Realistically, the opening act is a draw for a headliner people already wanted to see–they add a few percent to the audience.


@beschizza Both links in the article go to the Rolling Stone article.

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They’re going to need this guy at Fyre Fest II.


Trying to “make it” can do some crazy things to people.

One day perhaps he’ll accept that it wasn’t happening for him and be happy and ok with the effort. He can always write mediocre songs in his spare time.

I know that feel.


I reckon if something like this was easy to do, a lot more people would be trying to do it.

Ref the Brinsley Schwarz story - it may have turned out not as planned but I don’t think it entirely backfired…
Here’s some further notes about that (to amplify the last four paragraphs of that story - and in case some of you don’t read it, but go on, it’s fun). :wink:

MD of Famepushers was Dave Robinson. THE Dave Robinson who was later the joint founder of Stiff Records. (If you do not know all the artists Stiff brought to the fore, go Google it or try here.)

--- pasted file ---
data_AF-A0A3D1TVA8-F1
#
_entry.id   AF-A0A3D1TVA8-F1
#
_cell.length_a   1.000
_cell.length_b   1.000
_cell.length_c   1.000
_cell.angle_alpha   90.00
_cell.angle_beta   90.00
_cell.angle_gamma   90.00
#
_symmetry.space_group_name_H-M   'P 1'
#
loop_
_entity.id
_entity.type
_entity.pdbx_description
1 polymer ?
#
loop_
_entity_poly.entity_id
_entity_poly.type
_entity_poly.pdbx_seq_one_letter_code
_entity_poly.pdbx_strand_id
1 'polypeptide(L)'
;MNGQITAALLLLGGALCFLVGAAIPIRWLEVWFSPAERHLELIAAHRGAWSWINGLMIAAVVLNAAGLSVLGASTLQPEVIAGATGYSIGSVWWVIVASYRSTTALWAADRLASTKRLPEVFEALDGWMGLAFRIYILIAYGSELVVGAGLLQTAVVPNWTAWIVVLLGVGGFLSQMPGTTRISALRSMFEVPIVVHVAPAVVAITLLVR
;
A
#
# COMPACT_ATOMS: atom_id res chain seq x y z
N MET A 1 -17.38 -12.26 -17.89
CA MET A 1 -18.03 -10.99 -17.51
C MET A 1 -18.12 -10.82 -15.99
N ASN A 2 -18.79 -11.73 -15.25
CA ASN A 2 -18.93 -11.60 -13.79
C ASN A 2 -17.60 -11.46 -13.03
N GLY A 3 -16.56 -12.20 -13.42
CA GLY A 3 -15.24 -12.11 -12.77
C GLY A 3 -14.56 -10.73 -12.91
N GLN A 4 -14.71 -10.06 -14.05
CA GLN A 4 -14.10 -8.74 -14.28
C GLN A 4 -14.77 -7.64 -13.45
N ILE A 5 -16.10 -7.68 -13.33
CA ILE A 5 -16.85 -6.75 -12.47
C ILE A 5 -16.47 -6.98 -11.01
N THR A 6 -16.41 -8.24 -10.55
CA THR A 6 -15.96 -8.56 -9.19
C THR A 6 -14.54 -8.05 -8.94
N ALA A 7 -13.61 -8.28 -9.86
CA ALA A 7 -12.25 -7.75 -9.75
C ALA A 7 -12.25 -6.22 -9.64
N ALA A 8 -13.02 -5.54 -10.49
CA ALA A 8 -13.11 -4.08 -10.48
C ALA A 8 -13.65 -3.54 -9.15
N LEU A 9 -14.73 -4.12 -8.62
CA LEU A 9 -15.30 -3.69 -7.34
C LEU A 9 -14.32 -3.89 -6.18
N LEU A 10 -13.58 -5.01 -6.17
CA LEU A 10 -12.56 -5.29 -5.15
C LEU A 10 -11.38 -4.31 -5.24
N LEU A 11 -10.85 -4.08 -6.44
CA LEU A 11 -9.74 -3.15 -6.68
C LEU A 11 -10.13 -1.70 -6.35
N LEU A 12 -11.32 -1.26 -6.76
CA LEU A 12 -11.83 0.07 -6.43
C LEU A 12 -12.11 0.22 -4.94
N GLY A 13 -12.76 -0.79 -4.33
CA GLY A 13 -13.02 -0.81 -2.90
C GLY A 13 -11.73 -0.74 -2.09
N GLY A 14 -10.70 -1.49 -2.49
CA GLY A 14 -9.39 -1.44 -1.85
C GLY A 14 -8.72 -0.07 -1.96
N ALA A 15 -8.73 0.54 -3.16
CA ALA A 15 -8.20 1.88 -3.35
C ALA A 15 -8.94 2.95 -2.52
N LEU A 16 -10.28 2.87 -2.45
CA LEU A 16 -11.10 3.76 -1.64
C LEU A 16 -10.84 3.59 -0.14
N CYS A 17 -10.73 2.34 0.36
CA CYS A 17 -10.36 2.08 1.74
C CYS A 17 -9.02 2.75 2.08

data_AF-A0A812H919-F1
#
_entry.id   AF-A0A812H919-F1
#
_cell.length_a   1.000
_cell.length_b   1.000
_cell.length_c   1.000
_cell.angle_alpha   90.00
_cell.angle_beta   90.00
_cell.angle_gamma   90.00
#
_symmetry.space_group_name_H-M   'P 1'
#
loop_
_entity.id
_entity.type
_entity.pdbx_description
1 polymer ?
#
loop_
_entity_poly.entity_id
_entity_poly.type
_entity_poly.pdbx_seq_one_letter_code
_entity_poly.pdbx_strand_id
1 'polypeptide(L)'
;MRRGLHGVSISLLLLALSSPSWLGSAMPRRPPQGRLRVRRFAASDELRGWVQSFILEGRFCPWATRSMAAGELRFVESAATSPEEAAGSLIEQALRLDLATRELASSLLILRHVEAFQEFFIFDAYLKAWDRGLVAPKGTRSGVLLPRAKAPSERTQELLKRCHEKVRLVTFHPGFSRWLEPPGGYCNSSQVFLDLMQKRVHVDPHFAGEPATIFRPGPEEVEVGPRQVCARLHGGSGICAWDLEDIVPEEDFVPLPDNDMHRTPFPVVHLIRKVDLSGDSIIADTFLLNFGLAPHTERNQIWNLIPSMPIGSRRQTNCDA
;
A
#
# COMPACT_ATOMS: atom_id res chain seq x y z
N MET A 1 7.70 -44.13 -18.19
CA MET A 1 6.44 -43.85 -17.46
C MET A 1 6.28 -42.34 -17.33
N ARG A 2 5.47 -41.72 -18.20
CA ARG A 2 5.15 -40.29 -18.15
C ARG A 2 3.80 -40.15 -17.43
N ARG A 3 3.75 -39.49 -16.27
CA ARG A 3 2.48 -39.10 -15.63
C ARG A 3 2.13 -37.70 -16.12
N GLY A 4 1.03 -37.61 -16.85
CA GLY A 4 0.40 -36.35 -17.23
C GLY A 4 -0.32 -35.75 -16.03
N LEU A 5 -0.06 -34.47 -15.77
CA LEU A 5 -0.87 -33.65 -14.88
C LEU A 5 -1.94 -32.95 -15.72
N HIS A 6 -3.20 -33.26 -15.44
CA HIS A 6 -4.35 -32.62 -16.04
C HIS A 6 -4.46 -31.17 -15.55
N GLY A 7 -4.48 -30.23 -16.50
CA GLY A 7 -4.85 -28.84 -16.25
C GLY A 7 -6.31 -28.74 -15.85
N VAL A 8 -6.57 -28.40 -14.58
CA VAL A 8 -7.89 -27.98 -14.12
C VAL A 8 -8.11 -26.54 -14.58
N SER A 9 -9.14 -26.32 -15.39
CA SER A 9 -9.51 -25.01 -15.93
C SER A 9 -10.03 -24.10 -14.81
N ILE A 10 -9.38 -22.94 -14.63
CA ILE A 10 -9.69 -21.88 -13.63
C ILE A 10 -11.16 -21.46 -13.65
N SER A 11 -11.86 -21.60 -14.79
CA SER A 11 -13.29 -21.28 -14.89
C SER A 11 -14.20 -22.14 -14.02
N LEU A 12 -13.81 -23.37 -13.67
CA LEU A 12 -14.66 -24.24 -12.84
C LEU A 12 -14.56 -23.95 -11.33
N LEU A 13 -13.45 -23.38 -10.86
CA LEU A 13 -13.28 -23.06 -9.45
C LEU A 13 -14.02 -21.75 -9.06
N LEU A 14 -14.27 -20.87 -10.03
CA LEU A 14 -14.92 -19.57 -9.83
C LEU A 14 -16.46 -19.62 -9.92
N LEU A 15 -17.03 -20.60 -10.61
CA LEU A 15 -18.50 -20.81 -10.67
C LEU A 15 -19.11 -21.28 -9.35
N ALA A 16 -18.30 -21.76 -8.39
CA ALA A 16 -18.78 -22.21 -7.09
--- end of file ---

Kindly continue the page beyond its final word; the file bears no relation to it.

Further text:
The Dave Robinson who hired a train to take the last of the Stiff Records tours round the UK in 1978 - the press loved it - the Stiff gang arriving at every gig via the local train station. (I booked that tour for my student union. I still think the Lene Lovich LP released then is a great listen - Lene was one of 5 artists on the tour). Earlier Stiff tours had launched Elvis Costello and Ian Dury.

So this story is an early example of how Dave always had a eye for making a splash and was not afraid to give it a go, however outlandish. Also, the bass player in Brinsley Schwarz was Nick Lowe - later featured on Stiff tours, a key member of Rockpile alongside Dave Edmunds, and writer and singer of “I Love The Sound OF Breaking Glass” among many other achievements.

The last four paragraphs of the story linked to above attest that this stunt was not a failure at all - even if the desired outcome turned into something else.

Edited to add some pics for fun
The train

And the label of the tour sampler freebie LP. I still have mine. The label reads “Not For Resale. You’re extremely lucky to get this - you probably don’t deserve it”


I’m assuming that the openers were what Rob was drawing that off of.

But IIRC the coverage. The openers were very small or new acts booked as openers rather than headliners specifically because of that. That’s how opening acts at these medium scale shows work, they aren’t supposed to be the draw.